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In the sagebrush/bunchgrass steppe of the North American Great Basin soil water potential has been shown to exhibit diel fluctuations with water potential increasing during the night as a result of water loss from roots in relatively dry soil layers. We hypothesized that environmental conditions promoting low transpiration rates (shading, cloudiness) would cause a net increase in soil water potential as a result of reduced soil water depletion during the day and continuing water efflux from roots during the night. We examined the response of soil water potential to artificial shading in sagebrush/bunchgrass plantings and used a simple model to predict how soil water potential should respond to reduced transpiration....
Diel soil water potential fluctuations reflected daytime depletion and nocturnal resupply of water in upper soil layers. Transpiration suppression experiments demonstrated that water absorption by roots caused the daytime depletion. The soil water potential data and experimental results suggest that at night water absorbed from moist soil by deeper roots is transported to and lost from roots into drier upper soil layers. The deeper roots appear to absorb and transport water both day and night. Implications for the efficiency of deep roots and water storage, nutrient uptake and water parasitism in upper soil layers are discussed. Published in Oecologia, volume 73, issue 4, on pages 486 - 489, in 1987.
In desert ecosystems, belowground characteristics are influenced chiefly by the formation and persistence of ?shrub-islands of fertility? in contrast to barren plant interspaces. If soil microbial communities are exclusively compared between these two biogeochemically distinct soil types, the impact of characteristics altered by shrub species, especially soil C and N, are likely to be overemphasized and overshadow the role of other characteristics in structuring microbial composition. To determine how belowground characteristics influence microbial community composition, and if the relative importance of these characteristics shifts across the landscape (i.e., between and within shrub and interspace soils), changes...
Roots influence root litter decomposition through multiple belowground processes. Hydraulic lift or redistribution (HR) by plants is one such process that creates diel drying?rewetting cycles in soil. However, it is unclear if this phenomenon influences decomposition. Since decomposition in deserts is constrained by low soil moisture and is stimulated when dry soils are rewetted, we hypothesized that diel drying?rewetting, via HR, stimulates decomposition of root litter. We quantified the decomposition of root litter from two desert shrubs, Artemisia tridentata ssp. tridentata and Sarcobatus vermiculatus, during spring and summer in field soil core treatments designed to have abundant roots and high magnitude HR...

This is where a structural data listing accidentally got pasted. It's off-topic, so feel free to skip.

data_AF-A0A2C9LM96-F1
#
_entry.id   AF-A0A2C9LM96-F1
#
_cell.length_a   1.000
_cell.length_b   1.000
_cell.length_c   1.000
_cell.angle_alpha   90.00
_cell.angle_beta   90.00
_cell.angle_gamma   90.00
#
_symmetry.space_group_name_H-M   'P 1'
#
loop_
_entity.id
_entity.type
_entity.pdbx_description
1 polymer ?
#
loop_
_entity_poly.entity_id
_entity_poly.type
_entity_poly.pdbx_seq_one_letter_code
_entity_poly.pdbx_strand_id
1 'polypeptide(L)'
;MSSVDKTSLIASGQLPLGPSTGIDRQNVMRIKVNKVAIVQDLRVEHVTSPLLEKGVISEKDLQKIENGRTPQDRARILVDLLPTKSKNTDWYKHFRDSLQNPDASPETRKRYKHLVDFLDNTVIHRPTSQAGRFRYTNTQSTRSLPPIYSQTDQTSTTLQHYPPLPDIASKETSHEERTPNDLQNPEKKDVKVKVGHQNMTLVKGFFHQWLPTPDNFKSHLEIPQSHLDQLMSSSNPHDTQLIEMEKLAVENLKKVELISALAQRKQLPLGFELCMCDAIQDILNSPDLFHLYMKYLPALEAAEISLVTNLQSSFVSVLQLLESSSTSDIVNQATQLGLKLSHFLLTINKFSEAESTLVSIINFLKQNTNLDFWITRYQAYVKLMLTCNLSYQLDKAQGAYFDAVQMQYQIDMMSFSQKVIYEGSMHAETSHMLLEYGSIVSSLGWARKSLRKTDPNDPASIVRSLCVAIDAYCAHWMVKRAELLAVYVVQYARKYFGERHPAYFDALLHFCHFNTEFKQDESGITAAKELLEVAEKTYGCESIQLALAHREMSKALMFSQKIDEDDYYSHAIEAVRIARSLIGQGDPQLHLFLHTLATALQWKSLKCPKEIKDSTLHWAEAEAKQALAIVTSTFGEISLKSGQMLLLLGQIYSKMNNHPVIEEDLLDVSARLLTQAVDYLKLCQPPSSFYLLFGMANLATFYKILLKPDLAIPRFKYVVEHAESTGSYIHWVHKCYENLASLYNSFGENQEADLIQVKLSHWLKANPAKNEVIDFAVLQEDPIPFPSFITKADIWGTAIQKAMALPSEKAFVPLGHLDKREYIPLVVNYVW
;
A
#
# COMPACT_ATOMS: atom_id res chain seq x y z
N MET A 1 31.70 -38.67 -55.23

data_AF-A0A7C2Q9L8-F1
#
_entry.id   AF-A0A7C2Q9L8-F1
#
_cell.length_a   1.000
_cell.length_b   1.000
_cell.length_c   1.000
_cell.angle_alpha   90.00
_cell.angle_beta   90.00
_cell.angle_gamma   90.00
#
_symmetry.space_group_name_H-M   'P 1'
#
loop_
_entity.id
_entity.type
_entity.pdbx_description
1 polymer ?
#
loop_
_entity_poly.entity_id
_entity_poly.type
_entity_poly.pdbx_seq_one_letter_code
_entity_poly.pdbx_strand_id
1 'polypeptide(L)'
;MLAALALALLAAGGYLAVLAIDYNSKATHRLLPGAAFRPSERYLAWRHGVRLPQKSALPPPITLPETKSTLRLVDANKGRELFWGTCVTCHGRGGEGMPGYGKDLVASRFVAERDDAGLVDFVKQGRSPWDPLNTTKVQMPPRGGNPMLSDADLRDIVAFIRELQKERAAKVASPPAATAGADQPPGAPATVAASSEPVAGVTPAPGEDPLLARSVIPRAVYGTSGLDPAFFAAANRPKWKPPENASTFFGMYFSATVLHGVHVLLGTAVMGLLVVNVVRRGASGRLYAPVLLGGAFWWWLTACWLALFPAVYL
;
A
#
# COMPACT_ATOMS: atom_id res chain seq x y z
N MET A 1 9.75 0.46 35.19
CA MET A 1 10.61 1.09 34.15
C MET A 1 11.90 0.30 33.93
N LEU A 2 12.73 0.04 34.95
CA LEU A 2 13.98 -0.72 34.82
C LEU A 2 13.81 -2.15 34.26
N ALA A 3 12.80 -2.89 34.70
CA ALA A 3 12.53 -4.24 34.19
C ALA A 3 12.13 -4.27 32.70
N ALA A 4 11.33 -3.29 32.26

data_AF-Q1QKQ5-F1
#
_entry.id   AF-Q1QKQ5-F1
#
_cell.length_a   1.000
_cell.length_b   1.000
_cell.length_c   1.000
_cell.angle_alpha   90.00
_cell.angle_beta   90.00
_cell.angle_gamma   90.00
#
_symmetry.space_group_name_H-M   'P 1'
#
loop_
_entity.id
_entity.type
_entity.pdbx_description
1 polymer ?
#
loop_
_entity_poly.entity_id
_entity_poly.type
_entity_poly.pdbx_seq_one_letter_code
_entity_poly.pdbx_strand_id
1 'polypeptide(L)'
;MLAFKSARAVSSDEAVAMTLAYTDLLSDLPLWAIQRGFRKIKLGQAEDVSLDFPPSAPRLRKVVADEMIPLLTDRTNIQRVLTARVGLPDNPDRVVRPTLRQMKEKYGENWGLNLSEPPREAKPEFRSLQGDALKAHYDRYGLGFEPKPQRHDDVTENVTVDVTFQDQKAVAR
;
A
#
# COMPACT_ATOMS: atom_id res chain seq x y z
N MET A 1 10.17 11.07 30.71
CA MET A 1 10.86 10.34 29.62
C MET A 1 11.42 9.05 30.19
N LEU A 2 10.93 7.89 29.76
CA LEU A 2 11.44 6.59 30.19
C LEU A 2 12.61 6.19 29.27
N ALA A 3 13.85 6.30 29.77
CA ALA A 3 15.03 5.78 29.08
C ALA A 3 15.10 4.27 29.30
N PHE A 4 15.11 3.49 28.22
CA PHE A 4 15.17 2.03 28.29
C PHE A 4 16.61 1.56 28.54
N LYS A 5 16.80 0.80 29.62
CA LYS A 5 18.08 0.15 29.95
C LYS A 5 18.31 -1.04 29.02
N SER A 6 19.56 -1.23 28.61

Natural and anthropogenic changes in basin lake levels in the western U.S. expose saline, alkaline substrates that are commonly colonized by shrubs in the Chenopodiaceae. On a chronosequence of recently exposed substrates at Mono Lake, California, Sarcobatus vermiculatus has greatest biomass accrual, seed production, seedling establishment, and leaf N at younger sites where soils are extremely saline and alkaline. These field observations and an understanding of the role of N-containing compatible solutes in salinity tolerance of halophytes led to our prediction that Na and N interactions stimulate Sarcobatus performance. To test this, we grew Sarcobatus juveniles for 2 years in the greenhouse at 4 levels of NaCl...
At Mono Lake, California, we investigated field water relations, leaf and xylem chemistry, and gas exchange for two shrub species that commonly co-occur on marginally saline soils, and have similar life histories and rooting patterns. Both species had highest root length densities close to the surface and have large tap roots that probably reach ground water at 3.4-5.0 m on the study site. The species differed greatly in leaf water relations and leaf chemistry. Sarcobatus vermiculatus had a seasonal minimum predawn xylem pressure potential (?pd) of -2.7 MPa and a midday potential (?md) of -4.1 MPa. These were significantly lower than for Chrysothamnus nauseosus, which had a minimum ?pd of -1.0 MPa and ?md of -2.2...


    map background search result map search result map The influence of shade and clouds on soil water potential: The buffered behavior of hydraulic lift